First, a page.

This is one of the strangest and most impressive sights in Rome: a Renaissance palace - still inhabited, though now divided up into apartments - grafted on to an ancient, time-worn theatre. Julius Caesar began building a massive theatre here to rival Pompey's in the Campus martius, but it was finished in 11 BC by Augustus, who named it after his favourite nephew. At one time it was connected to the Portico d'Ottavia, and originally had three tiers in different classical styles (Ionic, Doric and Corinthian): the top one has collapsed. Its 41 arches were topped with great marble theatrical masks. It seated up to 20,000 people.
After the theatre was abandoned in the fourth century AD it had various uses: at the end of the 12th century the powerful Savelli clan turned it into the family fortress; in the 16th century they commissioned Baldassare Peruzzi to convert it into a less defensive-looking family pile.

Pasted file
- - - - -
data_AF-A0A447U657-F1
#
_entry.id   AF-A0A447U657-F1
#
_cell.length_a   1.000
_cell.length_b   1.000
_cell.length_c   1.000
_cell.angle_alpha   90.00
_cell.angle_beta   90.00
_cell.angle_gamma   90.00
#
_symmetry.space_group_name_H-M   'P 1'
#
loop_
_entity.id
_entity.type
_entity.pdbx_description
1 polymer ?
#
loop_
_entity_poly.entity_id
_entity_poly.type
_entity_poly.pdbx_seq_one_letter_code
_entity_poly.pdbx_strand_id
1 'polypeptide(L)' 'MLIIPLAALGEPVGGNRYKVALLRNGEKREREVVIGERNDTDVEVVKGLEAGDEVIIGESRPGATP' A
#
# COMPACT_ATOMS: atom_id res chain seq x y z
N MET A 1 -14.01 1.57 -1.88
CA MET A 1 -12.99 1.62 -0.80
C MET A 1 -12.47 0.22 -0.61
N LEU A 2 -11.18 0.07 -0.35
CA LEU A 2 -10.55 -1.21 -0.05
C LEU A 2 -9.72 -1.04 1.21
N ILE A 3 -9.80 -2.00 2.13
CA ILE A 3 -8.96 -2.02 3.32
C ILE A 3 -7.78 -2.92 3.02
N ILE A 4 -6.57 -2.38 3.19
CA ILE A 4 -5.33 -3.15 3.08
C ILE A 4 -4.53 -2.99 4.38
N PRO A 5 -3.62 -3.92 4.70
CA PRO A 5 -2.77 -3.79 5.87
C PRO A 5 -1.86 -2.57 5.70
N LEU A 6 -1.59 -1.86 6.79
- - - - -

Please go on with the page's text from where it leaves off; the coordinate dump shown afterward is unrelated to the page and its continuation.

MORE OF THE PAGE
Now known as the Palazzo Orsini (little bear… stone interpretations of which can be seen on gateposts and elsewhere) after another owner, it has been split up into luxury apartments. The shops that filled the ground-level archways were thrown out in the 1930s, leaving the structure in splendid if rather sad isolation, its travertine blocks looking rather like they're suffering from some wasting disease. Get a close-up look from the walkway below the Portico d'Ottavia.